all areas of a child’s life. Learning how to be well-organised is clearly a key benefit, but developing concentration skills, working with others, and the patience needed in order to master a particularly tricky passage can all contribute to academic achievement, no matter what a child’s ability as a musician. There is much evidence that shows how playing a musical instrument can change the structure of the brain for the better, and
AI spotted Chile on a travel programme and knew that I wanted to go there.
It was a wonderful place for my children to spend their formative years and we have very many fond memories. For a number of reasons bilingual education seems to be much more of a feature in overseas schools, and I have often wondered if it’s something we could make more of here in the UK. It is widely reported that children benefit from learning a different language but, frankly, two lessons a week does not produce the same benefits as an immersive environment. Whilst I appreciate that much of the rest of the world is able to communicate in English, I do feel very strongly that significant exposure to a second language in the very young can enrich their adult lives immeasurably. One thing I noticed in Chile
was that there was no expectation on the children to speak English perfectly, therefore they possessed the confidence to converse with fluency without imposing unrealistic presumptions of accuracy. There was a real understanding that, above all else, language is about communication. It’s great if you can get all your verbs perfectly lined up, but perhaps we should indulge in the joy of nattering away to a stranger in their language rather than worry too much about whether or not the tense is correct.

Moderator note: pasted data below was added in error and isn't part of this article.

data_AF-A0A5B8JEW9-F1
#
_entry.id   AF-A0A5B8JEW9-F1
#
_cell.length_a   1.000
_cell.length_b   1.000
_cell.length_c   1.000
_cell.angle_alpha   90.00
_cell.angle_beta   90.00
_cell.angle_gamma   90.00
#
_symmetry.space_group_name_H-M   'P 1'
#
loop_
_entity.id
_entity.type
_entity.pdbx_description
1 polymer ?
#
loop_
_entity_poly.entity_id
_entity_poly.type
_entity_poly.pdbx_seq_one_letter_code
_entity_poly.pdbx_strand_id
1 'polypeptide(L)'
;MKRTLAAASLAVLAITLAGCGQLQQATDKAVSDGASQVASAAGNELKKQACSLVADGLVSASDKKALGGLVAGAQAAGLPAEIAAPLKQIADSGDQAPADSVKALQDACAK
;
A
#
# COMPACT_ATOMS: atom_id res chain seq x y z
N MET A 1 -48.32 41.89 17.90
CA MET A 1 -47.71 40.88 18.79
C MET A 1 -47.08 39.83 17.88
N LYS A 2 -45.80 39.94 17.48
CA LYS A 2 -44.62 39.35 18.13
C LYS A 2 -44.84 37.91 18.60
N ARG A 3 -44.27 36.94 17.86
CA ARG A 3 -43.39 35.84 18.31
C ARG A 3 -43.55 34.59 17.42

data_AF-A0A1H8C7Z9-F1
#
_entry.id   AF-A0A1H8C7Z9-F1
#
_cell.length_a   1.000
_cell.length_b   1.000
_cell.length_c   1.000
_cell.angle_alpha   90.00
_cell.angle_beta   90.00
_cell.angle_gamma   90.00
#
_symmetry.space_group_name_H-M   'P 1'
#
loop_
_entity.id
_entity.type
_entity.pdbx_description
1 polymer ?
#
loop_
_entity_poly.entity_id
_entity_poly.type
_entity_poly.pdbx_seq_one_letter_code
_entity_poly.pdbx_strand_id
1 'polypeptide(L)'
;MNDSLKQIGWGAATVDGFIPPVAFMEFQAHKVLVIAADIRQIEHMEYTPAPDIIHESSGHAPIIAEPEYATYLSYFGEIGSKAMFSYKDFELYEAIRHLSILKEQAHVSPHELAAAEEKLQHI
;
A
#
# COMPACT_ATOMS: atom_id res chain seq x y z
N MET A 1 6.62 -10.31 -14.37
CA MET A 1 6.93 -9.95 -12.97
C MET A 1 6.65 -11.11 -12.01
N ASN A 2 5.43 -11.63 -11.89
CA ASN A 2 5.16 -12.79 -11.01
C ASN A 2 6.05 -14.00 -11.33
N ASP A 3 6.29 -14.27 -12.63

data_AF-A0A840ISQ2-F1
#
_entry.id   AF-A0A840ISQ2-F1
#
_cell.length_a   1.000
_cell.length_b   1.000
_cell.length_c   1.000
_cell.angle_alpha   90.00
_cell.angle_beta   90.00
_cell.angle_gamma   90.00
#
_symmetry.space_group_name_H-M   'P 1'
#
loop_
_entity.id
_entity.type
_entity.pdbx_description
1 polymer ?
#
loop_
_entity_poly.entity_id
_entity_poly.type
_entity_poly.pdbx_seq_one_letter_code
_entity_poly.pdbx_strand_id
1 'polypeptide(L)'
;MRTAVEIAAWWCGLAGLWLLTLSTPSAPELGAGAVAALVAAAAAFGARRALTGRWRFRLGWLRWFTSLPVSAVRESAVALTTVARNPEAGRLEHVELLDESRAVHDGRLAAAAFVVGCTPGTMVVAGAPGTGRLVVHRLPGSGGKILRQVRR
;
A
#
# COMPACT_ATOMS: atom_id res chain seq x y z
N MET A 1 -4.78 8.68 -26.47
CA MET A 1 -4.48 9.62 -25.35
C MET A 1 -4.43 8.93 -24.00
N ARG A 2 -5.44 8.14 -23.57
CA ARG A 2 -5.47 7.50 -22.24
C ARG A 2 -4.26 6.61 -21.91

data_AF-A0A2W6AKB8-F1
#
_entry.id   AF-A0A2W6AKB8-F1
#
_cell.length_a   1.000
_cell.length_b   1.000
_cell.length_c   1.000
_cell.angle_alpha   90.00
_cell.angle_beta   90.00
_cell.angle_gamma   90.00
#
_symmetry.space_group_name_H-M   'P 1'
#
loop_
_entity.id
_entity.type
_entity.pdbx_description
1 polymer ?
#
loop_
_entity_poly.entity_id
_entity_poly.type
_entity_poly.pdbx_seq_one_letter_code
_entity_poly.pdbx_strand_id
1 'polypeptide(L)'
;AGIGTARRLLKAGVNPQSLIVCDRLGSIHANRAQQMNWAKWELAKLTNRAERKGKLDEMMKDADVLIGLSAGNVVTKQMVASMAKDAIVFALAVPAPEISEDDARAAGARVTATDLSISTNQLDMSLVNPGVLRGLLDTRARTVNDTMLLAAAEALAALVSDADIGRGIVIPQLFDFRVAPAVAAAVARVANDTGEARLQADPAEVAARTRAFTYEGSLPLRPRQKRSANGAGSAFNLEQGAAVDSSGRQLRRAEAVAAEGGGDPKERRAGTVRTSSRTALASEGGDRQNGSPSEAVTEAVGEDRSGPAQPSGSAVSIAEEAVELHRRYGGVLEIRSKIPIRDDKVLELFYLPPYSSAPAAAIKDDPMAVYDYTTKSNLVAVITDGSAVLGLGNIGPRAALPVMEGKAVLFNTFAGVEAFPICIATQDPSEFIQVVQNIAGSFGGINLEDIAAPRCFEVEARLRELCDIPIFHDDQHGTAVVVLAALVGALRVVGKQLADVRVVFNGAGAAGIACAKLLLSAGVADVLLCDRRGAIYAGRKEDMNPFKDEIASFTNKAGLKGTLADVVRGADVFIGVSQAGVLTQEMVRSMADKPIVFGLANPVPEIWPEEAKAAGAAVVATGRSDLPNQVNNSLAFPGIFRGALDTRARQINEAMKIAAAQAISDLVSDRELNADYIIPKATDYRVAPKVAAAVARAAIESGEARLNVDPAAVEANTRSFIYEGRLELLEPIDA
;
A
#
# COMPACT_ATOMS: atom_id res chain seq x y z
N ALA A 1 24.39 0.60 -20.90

QUpon your return from Chile,
you spent some years working in state schools before re-joining the independent sector at Hall Grove School, Surrey. If you look back on your experience abroad and in maintained schools, which do you feel was the most beneficial element of preparation for your role as a head? Would you recommend such ‘widening experiences’ to would-be heads?
eA
off the well-beaten tourist trail and find
something different or idiosyncratic. I have found that my skill level has increased with digital – I am much more daring in my approach than I used to be because I know I can always try again if a shot hasn’t quite worked. I think the skillset has changed rather than diminished, and you still have to have an eye for a good photo in order to produce images that are consistently of a high standard.
the pupils. There were many influential characters throughout my school days and I am grateful to each of them for a variety of reasons. Robert Mash was my tutor when I was at Clayesmore and never lost faith in me when others had become perhaps frustrated by my typical, yet tedious, teenage rebellion. Every child needs a champion, and he was mine.
vaporated with the advent of digital?
I love travel photography, but I try to get
     Q
 Who or what inspired you to become a teacher? Do you still make time to
Ateach?
I teach as much as possible because
    it’s the only way to really get to know